Beijing Spreads Its Wings
China is moving, slowly but surely, to use its financial clout to promote its economic interests beyond Asia.
By Allen T. Cheng
WHEN LIN YONG CAME TO HONG KONG IN 2007 TO OPEN the first overseas operation for Haitong Securities Co., Chinas second-largest brokerage by market value, he brought a draft check for HK$50 million ($6.5 million) and two assistants. It wasnt nearly enough. Many of Haitongs mainland clients ignored the offshore unit because it lacked the scale, experience and range of products and services of its international rivals.
Realizing that Haitong would have to make a bold move to gain an offshore foothold, Lin in 2009 led the firms $345 million takeover of Taifook Securities Group, then Hong Kongs biggest locally owned brokerage. It was the largest-ever foreign acquisition by a Chinese securities firm and made Haitong the first Chinese institution to have a full-scale offshore trading platform capable of underwriting bond and equity offerings, and providing M&A advice to clients.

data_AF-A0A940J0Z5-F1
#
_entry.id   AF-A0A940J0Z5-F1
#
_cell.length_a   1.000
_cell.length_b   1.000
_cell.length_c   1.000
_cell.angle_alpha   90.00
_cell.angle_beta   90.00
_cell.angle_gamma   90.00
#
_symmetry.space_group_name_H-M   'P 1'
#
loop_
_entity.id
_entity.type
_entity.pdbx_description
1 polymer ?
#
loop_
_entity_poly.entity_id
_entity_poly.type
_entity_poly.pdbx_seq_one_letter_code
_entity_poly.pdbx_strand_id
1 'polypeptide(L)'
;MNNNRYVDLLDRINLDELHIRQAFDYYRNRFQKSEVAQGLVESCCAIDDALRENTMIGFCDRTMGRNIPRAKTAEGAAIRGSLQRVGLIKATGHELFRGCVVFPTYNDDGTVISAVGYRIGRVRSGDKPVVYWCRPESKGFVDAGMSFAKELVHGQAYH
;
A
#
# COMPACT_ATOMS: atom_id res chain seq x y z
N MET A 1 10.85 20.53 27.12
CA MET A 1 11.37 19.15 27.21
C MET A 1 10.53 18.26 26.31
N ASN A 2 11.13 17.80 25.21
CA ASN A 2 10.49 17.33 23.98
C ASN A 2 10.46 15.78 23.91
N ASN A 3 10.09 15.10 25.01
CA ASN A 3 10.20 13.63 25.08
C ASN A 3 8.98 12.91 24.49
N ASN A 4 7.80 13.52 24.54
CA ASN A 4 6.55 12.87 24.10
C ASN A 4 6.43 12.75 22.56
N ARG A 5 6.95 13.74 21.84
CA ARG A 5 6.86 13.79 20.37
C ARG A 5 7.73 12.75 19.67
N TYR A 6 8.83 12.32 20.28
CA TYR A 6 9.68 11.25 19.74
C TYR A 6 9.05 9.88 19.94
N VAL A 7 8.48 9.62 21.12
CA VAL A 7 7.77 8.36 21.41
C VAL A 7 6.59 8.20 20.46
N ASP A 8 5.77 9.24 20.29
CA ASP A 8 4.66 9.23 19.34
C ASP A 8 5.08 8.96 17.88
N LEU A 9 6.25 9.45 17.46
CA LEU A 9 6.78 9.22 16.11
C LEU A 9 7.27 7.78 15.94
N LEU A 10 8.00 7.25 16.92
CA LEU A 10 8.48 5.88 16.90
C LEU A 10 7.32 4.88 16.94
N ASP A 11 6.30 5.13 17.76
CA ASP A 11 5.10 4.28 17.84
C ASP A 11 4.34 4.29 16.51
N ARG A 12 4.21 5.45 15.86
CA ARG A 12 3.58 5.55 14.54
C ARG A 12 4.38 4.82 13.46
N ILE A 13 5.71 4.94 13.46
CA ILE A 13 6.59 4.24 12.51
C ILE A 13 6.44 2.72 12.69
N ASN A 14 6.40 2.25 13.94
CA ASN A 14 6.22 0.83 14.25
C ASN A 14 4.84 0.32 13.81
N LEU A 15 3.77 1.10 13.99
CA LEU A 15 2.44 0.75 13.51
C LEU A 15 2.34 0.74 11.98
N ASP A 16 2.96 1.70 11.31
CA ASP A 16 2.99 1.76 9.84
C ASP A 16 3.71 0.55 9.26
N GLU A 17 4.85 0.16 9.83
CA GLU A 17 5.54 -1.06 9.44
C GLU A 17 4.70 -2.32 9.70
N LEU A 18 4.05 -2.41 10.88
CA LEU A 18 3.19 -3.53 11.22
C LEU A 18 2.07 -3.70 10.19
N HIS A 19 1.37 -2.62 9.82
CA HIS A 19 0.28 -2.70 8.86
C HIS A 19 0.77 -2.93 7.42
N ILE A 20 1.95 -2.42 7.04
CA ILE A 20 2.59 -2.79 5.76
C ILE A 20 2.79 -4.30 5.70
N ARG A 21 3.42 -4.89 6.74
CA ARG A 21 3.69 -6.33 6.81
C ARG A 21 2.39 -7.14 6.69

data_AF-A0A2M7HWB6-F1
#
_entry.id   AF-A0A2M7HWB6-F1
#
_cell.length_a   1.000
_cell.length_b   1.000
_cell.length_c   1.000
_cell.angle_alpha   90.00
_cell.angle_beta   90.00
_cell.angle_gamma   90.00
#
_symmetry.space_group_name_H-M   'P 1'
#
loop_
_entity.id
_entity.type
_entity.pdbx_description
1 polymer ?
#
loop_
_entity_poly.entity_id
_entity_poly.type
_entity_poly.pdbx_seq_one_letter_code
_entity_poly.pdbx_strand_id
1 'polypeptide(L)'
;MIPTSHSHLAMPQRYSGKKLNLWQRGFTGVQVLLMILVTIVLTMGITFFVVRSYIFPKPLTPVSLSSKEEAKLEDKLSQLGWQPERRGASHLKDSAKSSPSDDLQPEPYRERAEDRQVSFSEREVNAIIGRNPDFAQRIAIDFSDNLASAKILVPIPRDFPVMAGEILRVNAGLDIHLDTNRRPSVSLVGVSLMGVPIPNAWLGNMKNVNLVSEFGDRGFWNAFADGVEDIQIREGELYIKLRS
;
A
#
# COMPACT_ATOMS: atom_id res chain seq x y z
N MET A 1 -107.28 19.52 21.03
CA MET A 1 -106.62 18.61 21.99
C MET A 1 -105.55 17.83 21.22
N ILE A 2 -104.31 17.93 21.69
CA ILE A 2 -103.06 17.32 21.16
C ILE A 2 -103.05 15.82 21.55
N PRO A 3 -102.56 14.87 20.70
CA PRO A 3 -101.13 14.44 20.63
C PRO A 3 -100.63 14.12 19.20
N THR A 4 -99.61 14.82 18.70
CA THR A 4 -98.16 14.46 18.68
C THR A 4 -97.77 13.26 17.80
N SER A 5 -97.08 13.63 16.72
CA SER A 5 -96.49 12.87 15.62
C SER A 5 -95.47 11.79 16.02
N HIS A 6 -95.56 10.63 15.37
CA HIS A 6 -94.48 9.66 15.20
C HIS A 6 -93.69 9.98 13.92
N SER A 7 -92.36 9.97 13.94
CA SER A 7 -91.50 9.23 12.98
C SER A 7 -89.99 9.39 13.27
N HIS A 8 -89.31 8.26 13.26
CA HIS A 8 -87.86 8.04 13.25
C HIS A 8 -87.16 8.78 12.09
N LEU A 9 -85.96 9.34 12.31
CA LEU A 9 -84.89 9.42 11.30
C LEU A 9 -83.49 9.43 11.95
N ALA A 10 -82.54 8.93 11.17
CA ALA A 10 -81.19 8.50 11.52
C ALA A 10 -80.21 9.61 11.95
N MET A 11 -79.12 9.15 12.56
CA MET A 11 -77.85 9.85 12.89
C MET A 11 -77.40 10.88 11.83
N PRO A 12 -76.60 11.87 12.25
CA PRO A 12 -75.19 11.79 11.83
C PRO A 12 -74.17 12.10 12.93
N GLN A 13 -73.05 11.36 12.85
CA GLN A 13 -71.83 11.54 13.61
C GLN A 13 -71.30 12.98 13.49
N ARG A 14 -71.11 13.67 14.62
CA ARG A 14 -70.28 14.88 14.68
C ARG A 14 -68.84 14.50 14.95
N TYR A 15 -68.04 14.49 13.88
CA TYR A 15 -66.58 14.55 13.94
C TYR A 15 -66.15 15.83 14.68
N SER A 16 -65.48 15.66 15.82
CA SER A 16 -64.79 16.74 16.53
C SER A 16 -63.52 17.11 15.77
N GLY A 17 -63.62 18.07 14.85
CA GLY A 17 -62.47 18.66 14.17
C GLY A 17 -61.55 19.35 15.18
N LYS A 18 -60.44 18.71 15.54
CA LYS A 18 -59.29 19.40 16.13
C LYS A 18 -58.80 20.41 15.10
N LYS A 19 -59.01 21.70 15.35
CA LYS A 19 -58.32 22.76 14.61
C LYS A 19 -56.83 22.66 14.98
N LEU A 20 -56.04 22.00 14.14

The best way to grow is through mergers and acquisitions, Lin, now CEO of the firms Hong Konglisted subsidiary, Haitong International Securities Group, tells Institutional Investor. To build Taifooks operations in Hong Kong would have taken us ten years. As it is, growth with Taifook has been less than spectacular. Haitong ranked a modest No. 14 as an equity underwriter in Asia ex-Japan in the first half of this year, arranging seven initial public offerings worth a total of $509 million, according to data provider Dealogic. The Hong Kong subsidiary generated 5.8 percent of Haitongs 9.3 billion yuan ($1.5 billion) in revenue last year and 2.8 percent of its 4.4 billion yuan of pretax profits. Lin is undaunted, though. He aims to make Haitong one of the ten largest global investment banks, a goal he figures will take a decade or two and more acquisitions to achieve. We definitely will be looking at the global markets, and all possibilities remain, he says. ....